We’re in the midst of the dog days of summer and a customary time for those final vacations and family trips. Just a locals often look for the opportunity for one last getaway before school and the fall routines begin, plenty of other folks over the years used the same occasion to visit our area. This week our Throwback feature takes a look at some places that offered accommodations here in Lee County for vacationers and other weary travelers.
We begin with the first destination named the Sanford Hotel. It was built in 1887, right near the railroad tracks on South Moore Street, near South Wicker Street. A wooden structure, this hotel met the same fate as many other wooden buildings, when it burned to the ground in 1891. This led to the second Sanford Hotel, a brick building, constructed in the early 1920s at the same location.
Hawkins Avenue in the general downtown footprint has been known as a place for elegant housing for over a century. Here’s a 1910 home with 12 rooms, that soon became known as The Hearthstone. By the time it was demolished in the 1970s, it had been renovated 4 times, expanded to 36 rooms, and had become a popular destination for travelers and boarders alike.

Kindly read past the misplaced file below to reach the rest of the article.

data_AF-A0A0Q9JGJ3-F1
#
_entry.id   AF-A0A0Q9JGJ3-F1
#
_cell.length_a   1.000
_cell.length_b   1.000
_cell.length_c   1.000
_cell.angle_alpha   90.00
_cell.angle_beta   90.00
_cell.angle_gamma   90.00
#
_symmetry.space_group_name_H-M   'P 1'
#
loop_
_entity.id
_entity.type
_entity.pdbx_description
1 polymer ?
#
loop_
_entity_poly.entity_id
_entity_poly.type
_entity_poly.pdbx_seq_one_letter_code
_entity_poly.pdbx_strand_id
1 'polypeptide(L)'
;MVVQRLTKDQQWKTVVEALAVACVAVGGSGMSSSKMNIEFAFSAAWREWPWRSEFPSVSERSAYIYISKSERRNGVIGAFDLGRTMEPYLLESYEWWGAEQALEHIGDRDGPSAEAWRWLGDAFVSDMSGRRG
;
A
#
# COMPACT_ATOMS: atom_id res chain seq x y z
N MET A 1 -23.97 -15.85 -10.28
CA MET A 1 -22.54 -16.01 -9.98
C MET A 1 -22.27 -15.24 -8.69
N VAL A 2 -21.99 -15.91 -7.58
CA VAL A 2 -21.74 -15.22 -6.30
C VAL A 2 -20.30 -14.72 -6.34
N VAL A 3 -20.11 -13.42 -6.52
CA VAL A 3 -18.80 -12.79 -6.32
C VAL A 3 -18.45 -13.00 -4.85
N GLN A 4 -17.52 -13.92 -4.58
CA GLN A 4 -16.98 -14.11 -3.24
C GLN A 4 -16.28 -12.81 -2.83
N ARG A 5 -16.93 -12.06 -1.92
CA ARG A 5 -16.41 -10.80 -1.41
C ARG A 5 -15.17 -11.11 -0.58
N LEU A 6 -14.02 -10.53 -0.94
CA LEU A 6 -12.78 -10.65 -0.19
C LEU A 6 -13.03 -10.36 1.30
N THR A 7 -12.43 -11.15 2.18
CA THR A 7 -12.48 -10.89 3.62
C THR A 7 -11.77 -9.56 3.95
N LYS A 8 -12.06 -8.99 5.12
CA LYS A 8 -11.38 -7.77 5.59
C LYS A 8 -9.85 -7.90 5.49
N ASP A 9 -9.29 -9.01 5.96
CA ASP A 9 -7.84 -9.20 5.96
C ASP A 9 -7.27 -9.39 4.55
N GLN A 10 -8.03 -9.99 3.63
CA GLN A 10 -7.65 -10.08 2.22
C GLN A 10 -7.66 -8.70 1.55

Today we’d probably refer to them as “Bed & Breakfasts.” “Tourist homes” were popular between the world wars and Sanford had several in its heyday. At this stylish home, owners rented out rooms to road-weary guests. The Lano Tourist Home opened as a tourist home at 507 Carthage Street in 1936. A short distance away was the Red Brick Tourist Home, owned and operated by Mrs. W.R. Makepeace, at the corner of Hawkins Avenue and Chisholm Street.
After World War II, tourist homes faded from view … replaced by lots of motels. America’s motoring public loved its travel, and enjoyed staying in roadside spots like this one, the colorfully named Rip Van Winkle Motel, on US 1.
Editorial content, pictures and research background, compliments of Jimmy Haire and Images of America: Sanford and Lee County, by Jimmy Haire & W.W. Seymour, Jr, available here for purchase. All proceeds from the sale of this book are donated to Sanford’s Railroad House Historical Association, Inc.